Putting foliage differences aside for a moment, it's clear Rockstar Games' tentpole release emerges on PS4 and Xbox One with visual enhancements aplenty. Both versions push for an ambitious 1920x1080 framebuffer this time, even adding in a first person mode to invite closer scrutiny of Los Santos' finer details. The confidence is well founded too, with updated textures and new effects in place - but do both consoles qualify for the equal treatment, or does the PS4 advantage go beyond its extra woodland flourishes?
As tested on the latest patch 1.02, this updated Grand Theft Auto 5 is obviously more than a simple resolution bump, though that's a fine start. The 1080p resolve is backed by higher-grade post-processing AA, flattering the game's more generous allowance for draw distance. Horizon details are easier than ever to pick out here, and trekking through Rockstar's pastiche of Los Angeles no longer produces the obvious pop-in artifacts of the last-gen releases. The switchover is still there, but for both PS4 and Xbox One, objects now draw in at the same impressive, far-flung range.
For any massive sandbox world, the surplus of RAM on these new machines is a vital resource. Here we see the Rage engine is no longer beholden to streaming all assets from the optical media and HDD caches - and the GPUs on each unleash the potential for more effects. On PS4 and Xbox One alike, we now get focal effects such as depth of field (DOF), god rays, and also screen-space reflections across glossy floors. It's still a last-gen game at its core, but the extra finesse here makes it hard to go back a generation - and neither Sony or Microsoft's new hardware misses out.
We've pieced together a lengthy head-to-head video below, slowing the footage down to 33 per cent to better allow these details soak in without YouTube's sometimes suspect image quality. The overwhelming takeaway is that sides of the divide are mostly identical throughout, though as ever, there are exceptions to the rule.
This is, of course, in reference to the foliage cutbacks on Xbox One. As bullet-points in a Face-Off comparison go, we're surprised to find this is in fact the biggest for Grand Theft Auto 5's re-release. The Xbox One version is hardly a barren landscape when taken in isolation, but placed side-by-side with the PS4's woodlands and deserts, it's clear there are distinct contrasts in vegetation density. Some areas are entirely unaffected, but at its most apparent we have grass tufts and ferns stripped from the game world - as shown in one overview of the O'Neil farm.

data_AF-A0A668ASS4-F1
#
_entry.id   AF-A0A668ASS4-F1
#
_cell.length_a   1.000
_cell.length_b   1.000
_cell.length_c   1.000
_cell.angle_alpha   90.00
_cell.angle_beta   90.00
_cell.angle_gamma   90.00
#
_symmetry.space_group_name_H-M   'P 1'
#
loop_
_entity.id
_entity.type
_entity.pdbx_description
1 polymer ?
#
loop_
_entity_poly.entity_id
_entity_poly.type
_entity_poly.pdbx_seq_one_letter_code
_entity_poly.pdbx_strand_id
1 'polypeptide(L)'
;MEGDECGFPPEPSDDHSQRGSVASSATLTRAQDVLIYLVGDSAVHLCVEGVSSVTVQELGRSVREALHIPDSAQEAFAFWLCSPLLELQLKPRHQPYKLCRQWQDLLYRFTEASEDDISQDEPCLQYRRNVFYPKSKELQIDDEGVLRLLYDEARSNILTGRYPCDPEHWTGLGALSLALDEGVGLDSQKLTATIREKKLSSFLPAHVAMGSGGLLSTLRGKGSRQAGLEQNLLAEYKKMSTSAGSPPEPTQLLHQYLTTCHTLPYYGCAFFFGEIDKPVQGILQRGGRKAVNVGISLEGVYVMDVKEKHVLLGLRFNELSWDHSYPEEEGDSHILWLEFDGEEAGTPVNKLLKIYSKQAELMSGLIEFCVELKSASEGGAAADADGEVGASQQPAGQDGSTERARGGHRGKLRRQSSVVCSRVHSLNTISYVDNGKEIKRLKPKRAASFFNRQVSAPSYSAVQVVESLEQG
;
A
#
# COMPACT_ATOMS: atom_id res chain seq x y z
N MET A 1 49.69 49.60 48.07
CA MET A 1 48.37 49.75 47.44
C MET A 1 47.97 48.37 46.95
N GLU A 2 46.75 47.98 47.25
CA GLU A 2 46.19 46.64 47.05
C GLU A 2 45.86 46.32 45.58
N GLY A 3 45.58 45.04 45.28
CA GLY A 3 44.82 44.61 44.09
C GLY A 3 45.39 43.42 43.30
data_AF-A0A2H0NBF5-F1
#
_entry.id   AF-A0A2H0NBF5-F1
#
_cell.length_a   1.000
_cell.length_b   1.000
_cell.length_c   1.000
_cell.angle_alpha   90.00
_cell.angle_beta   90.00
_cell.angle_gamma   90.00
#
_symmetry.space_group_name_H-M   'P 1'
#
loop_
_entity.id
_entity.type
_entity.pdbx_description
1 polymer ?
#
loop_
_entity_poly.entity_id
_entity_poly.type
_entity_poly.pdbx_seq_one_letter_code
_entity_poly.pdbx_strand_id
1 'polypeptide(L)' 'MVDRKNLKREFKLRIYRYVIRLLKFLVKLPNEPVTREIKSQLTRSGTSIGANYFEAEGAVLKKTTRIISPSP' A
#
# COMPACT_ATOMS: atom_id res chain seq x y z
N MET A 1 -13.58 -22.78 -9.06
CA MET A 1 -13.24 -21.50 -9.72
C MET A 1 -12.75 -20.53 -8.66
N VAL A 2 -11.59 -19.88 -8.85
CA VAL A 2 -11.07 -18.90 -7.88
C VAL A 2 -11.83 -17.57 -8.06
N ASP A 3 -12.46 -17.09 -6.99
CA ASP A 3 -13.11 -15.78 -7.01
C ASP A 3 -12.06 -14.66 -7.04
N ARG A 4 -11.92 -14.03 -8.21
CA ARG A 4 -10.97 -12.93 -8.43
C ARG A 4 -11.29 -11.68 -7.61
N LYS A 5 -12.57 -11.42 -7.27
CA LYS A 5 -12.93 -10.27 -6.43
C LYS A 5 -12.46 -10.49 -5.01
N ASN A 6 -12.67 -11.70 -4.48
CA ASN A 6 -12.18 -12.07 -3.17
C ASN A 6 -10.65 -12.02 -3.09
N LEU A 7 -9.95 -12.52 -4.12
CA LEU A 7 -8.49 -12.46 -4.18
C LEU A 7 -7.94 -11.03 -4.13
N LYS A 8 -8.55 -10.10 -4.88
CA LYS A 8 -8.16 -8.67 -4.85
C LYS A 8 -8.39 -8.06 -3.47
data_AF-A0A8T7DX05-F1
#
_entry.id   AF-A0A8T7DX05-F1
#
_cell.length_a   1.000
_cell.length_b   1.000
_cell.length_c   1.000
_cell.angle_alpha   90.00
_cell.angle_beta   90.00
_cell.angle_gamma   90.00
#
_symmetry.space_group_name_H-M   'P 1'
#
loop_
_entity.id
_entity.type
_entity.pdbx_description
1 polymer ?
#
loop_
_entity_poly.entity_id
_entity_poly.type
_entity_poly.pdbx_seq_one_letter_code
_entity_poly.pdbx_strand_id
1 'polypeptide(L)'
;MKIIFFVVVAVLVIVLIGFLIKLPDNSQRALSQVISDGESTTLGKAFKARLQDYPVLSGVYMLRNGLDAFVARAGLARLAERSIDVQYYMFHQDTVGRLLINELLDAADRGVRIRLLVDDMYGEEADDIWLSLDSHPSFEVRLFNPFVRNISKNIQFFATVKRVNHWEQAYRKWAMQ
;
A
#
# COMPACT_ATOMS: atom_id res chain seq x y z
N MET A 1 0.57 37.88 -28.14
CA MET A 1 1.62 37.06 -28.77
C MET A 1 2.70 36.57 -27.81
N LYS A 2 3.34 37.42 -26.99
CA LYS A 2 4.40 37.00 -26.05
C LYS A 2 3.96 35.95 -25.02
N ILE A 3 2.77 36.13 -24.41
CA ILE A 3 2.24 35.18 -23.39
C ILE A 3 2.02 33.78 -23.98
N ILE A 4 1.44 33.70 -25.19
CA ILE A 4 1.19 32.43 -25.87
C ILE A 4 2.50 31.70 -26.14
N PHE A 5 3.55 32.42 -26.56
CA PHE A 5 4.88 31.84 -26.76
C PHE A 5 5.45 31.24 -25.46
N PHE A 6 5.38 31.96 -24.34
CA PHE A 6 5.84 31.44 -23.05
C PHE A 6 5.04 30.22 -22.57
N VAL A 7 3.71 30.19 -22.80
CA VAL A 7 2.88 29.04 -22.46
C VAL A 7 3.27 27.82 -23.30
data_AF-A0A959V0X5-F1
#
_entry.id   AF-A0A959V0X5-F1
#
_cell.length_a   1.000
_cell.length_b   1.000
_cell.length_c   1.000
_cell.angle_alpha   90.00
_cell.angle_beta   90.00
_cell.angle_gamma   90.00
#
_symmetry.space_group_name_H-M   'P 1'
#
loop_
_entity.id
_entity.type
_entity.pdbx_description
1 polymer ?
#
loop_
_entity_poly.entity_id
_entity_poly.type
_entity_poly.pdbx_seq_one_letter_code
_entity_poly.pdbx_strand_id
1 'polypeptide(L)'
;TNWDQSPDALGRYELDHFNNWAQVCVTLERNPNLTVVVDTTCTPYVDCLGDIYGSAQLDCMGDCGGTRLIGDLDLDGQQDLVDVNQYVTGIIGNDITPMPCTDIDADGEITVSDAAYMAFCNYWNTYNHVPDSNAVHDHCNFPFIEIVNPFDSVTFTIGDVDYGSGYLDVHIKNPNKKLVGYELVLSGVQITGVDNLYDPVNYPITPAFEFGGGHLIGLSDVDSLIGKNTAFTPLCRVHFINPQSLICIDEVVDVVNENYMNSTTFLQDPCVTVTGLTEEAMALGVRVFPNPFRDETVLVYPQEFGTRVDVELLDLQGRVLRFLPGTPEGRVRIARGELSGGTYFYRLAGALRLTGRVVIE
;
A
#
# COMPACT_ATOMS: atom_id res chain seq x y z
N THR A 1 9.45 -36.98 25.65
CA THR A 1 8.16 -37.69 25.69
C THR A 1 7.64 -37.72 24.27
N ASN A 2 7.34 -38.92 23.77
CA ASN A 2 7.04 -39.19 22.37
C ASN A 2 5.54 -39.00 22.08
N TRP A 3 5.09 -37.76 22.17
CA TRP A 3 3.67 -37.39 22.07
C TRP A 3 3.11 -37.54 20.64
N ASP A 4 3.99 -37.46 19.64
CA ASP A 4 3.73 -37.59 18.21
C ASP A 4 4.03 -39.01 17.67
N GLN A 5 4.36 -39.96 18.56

However, it's fair to say this isn't something which impacts the enjoyment of the Xbox One game; rather, it's a bonus on paper for PS4 owners, but one that players are unlikely to register during play. And to be clear, this affects smaller plant-life only, and no likewise cutbacks are in place on Microsoft's platform for larger flora - larger environmental blocks such as trees and cacti being rooted to the exact same spots across the world.
Also common to both consoles is texture quality, with refreshed maps plastered across each highway and skyscraper. From the fabric of Michael's winter jacket to the pebble-stone lining of his garden, each surface gets at least a tiny ramp-up in map resolution, or better yet, the use of parallax occlusion mapping to really bring an object's form to life. Trees now twist and gnarl visibly - where before their outline was a flat line - and brick walls around villas now pop outwards.
It's a success story for both PS4 and Xbox One, but one disappointment remains: texture filtering. Though a step ahead of the last-gen standard, the effect is equally sub-par on both platforms in its current state. The perceived effect is an unwanted trail-off to texture detail when seen at a angle, with a blur creeping in near the player's field of view when walking down streets.
As rough edges go, the approach to shadow filtering is also a surprising snag. Having Franklin pace outside his house in broad daylight shows this at play; a cascade runs ahead of the camera, sweeping across blurred shadows to reveal a higher quality iteration. It's a crude, binary switch that occurs much too close to the player's line of sight in this case - the switchover distance being the exact same on PS4 and Xbox One.